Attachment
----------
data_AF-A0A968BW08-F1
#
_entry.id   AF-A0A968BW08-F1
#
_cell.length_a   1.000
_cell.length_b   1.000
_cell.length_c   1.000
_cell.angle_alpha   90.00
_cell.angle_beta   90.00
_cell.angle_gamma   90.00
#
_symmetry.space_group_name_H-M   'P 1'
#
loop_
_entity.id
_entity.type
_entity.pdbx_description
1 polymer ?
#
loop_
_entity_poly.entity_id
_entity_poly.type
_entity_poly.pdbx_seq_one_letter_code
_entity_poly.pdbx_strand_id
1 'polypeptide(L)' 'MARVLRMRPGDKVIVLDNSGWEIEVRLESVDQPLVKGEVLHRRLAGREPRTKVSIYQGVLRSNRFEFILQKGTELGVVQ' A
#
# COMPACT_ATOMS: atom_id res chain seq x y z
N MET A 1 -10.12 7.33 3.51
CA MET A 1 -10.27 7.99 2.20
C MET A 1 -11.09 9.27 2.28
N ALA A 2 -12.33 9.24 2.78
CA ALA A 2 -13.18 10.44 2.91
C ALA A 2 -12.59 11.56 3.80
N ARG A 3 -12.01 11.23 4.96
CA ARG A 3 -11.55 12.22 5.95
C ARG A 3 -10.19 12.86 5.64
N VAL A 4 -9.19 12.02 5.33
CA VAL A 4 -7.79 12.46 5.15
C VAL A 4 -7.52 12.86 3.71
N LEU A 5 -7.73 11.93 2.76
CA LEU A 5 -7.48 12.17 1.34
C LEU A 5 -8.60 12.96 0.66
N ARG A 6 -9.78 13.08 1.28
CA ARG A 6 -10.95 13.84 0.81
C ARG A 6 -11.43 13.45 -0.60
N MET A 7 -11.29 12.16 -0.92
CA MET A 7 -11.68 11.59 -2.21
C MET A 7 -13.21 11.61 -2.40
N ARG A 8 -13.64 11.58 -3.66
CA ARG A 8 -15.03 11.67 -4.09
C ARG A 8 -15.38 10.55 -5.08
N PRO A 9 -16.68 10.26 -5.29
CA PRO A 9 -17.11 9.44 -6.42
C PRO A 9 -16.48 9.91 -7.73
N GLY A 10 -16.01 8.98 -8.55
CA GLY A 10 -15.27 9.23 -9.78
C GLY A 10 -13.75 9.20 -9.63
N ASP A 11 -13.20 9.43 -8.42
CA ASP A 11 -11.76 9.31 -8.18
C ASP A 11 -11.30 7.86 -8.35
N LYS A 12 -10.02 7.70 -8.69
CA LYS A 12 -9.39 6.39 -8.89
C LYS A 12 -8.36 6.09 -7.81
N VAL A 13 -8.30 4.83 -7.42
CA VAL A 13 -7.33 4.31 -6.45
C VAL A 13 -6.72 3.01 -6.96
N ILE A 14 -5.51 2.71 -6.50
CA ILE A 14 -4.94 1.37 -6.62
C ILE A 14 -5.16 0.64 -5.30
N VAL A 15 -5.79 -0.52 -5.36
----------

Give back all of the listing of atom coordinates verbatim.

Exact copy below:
data_AF-A0A968BW08-F1
#
_entry.id   AF-A0A968BW08-F1
#
_cell.length_a   1.000
_cell.length_b   1.000
_cell.length_c   1.000
_cell.angle_alpha   90.00
_cell.angle_beta   90.00
_cell.angle_gamma   90.00
#
_symmetry.space_group_name_H-M   'P 1'
#
loop_
_entity.id
_entity.type
_entity.pdbx_description
1 polymer ?
#
loop_
_entity_poly.entity_id
_entity_poly.type
_entity_poly.pdbx_seq_one_letter_code
_entity_poly.pdbx_strand_id
1 'polypeptide(L)' 'MARVLRMRPGDKVIVLDNSGWEIEVRLESVDQPLVKGEVLHRRLAGREPRTKVSIYQGVLRSNRFEFILQKGTELGVVQ' A
#
# COMPACT_ATOMS: atom_id res chain seq x y z
N MET A 1 -10.12 7.33 3.51
CA MET A 1 -10.27 7.99 2.20
C MET A 1 -11.09 9.27 2.28
N ALA A 2 -12.33 9.24 2.78
CA ALA A 2 -13.18 10.44 2.91
C ALA A 2 -12.59 11.56 3.80
N ARG A 3 -12.01 11.23 4.96
CA ARG A 3 -11.55 12.22 5.95
C ARG A 3 -10.19 12.86 5.64
N VAL A 4 -9.19 12.02 5.33
CA VAL A 4 -7.79 12.46 5.15
C VAL A 4 -7.52 12.86 3.71
N LEU A 5 -7.73 11.93 2.76
CA LEU A 5 -7.48 12.17 1.34
C LEU A 5 -8.60 12.96 0.66
N ARG A 6 -9.78 13.08 1.28
CA ARG A 6 -10.95 13.84 0.81
C ARG A 6 -11.43 13.45 -0.60
N MET A 7 -11.29 12.16 -0.92
CA MET A 7 -11.68 11.59 -2.21
C MET A 7 -13.21 11.61 -2.40
N ARG A 8 -13.64 11.58 -3.66
CA ARG A 8 -15.03 11.67 -4.09
C ARG A 8 -15.38 10.55 -5.08
N PRO A 9 -16.68 10.26 -5.29
CA PRO A 9 -17.11 9.44 -6.42
C PRO A 9 -16.48 9.91 -7.73
N GLY A 10 -16.01 8.98 -8.55
CA GLY A 10 -15.27 9.23 -9.78
C GLY A 10 -13.75 9.20 -9.63
N ASP A 11 -13.20 9.43 -8.42
CA ASP A 11 -11.76 9.31 -8.18
C ASP A 11 -11.30 7.86 -8.35
N LYS A 12 -10.02 7.70 -8.69
CA LYS A 12 -9.39 6.39 -8.89
C LYS A 12 -8.36 6.09 -7.81
N VAL A 13 -8.30 4.83 -7.42
CA VAL A 13 -7.33 4.31 -6.45
C VAL A 13 -6.72 3.01 -6.96
N ILE A 14 -5.51 2.71 -6.50
CA ILE A 14 -4.94 1.37 -6.62
C ILE A 14 -5.16 0.64 -5.30
N VAL A 15 -5.79 -0.52 -5.36